Community Articles
Find and share helpful community-sourced technical articles
Announcements
Alert: Welcome to the Unified Cloudera Community. Former HCC members be sure to read and learn how to activate your account here.

This tutorial will walk you through the process of using Cloudbreak recipes to install TensorFlow for Anaconda Python on an HDP 2.6 cluster during cluster provisioning. We'll then update Zeppelin to use the newly install version of Anaconda and run a quick TensorFlow test.

Prerequisites

  • You should already have a Cloudbreak v1.14.4 environment running. You can follow this article to create a Cloudbreak instance using Vagrant and Virtualbox: HCC Article
  • You should already have created a blueprint that deploys HDP 2.6 with Spark 2.1. You can follow this article to get the blueprint setup. Do not create the cluster yet, as we will do that in this tutorial: HCC Article
  • You should already have credentials created in Cloudbreak for deploying on AWS (or Azure). This tutorial does not cover creating credentials.

Scope

This tutorial was tested in the following environment:

  • Cloudbreak 1.14.4
  • AWS EC2
  • HDP 2.6
  • Spark 2.1
  • Anaconda 2.7.13
  • TensorFlow 1.1.0

Steps

Create Recipe

Before you can use a recipe during a cluster deployment, you have to create the recipe. In the Cloudbreak UI, look for the mange recipes section. It should look similar to this:

15743-manage-recipe-1.png

If this is your first time creating a recipe, you will have 0 recipes instead of the 2 recipes show in my interface.

Now click on the arrow next to manage recipes to display available recipes. You should see something similar to this:

15744-manage-recipe-2.png

Now click on the green create recipe button. You should see something similar to this:

15745-create-recipe-1.png

Now we can enter the information for our recipe. I'm calling this recipe tensorflow. I'm giving it the description of Install TensorFlow Python. You can choose to run the script as either pre-install or post-install. I'm choosing to do the install post-install. This means the script will be run after the Ambari installation process has started. So choose the Execution Type of POST. The script is fairly basic. We are going to download the Anaconda install script, then run it in silent mode. Then we'll use the Anaconda version of pip to install TensorFlow. Here is the script:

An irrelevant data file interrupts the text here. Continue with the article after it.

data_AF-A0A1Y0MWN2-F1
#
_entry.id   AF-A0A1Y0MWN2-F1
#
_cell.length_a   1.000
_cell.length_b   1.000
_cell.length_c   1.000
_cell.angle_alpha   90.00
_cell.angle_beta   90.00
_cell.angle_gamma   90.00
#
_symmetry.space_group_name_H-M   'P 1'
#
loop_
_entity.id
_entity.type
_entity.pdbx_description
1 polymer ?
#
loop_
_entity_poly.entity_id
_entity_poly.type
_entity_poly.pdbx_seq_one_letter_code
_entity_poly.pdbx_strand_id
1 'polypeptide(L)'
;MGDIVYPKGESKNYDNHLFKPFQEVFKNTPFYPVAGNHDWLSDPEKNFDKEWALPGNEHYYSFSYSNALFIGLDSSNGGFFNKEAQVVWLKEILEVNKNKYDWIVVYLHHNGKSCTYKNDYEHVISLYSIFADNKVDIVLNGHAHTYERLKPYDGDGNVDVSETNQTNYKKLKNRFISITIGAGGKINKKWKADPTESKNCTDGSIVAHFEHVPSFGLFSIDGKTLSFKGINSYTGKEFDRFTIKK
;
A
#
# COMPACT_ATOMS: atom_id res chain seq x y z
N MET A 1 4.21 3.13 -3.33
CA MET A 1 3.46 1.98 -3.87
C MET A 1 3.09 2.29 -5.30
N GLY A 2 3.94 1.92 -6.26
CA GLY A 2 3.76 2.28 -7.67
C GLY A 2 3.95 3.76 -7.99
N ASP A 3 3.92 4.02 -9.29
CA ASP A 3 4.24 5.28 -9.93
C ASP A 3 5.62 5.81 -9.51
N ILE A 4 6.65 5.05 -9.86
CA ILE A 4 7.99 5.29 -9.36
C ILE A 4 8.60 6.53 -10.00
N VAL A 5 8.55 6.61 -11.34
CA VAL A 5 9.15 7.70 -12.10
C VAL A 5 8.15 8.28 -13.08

#!/bin/bash
wget https://repo.continuum.io/archive/Anaconda2-4.3.1-Linux-x86_64.sh
bash ./Anaconda2-4.3.1-Linux-x86_64.sh -b -p /opt/anaconda
/opt/anaconda/bin/pip install --ignore-installed --upgrade https://storage.googleapis.com/tensorflow/linux/cpu/tensorflow-1.1.0-cp27-none-linux_x86_64.whl

You can read more about installing TensorFlow on Anaconda here: TensorFlow Docs.

When you have finished entering all of the information, you should see something similar to this:

15746-create-recipe-2.png

If everything looks good, click on the green create recipe button.

You should be able to see the recipe in your list of recipes:

15748-list-recipes.png

NOTE: You will most likely have a different list of recipes.

Create a Cluster using a Recipe

Now that our recipe has been created, we can create a cluster that uses the recipe. Go through the process of creating a cluster up to the Choose Blueprint step. This step is where you select the recipe you want to use. The recipes are not selected by default; you have to select the recipes you wish to use. You can specify recipes for 1 or more host groups. This allows you to run different recipes across different host groups (masters, slaves, etc). You can also select multiple recipes.

We want to use the hdp26-spark-21-cluster blueprint. This will create an HDP 2.6 cluster with Spark 2.1 and Zeppelin. You should have created this blueprint when you followed the prerequisite tutorial. You should see something similar to this:

15749-create-cluster-1.png

In our case, we are going to run the tensorflow recipe on every host group. If you intend to use something like TensorFlow across the cluster, you should install it on at least the slave nodes and the client nodes.

After you have selected the recipe for the host groups, click the Review & Launch button, then launch the cluster. As the cluster is building, you should see a message in the Cloudbreak UI that indicates the recipe is running. When that happens, you will see something similar to this:

15750-execute-recipe.png

If you click on the building cluster, you can see more detailed information. You should see something similar to this:

15751-cluser-detail-1.png

Once the cluster has finished building, you should see something similar to this:

15752-cluster-detail-2.png

Cloudbreak will create logs for each recipe that runs on each host. These logs are located at /var/log/recipe and have the name of the recipe and whether it is pre or post install. For example, our recipe log is called post-tensorflow.log. You can tail this log file to following the execution of the script.

NOTE: Post install scripts won't be executed until the Ambari server is installed and the cluster is building. You can always monitor the /var/log/recipe directory on a node to see when the script is being executed. The time it takes to run the script will vary depending on the cloud environment and how long it takes to spin up the cluster.

On your cluster, you should be able to see the post-install log:

$ ls /var/log/recipes
post-tensorflow.log  post-hdfs-home.log

Verify Anaconda Install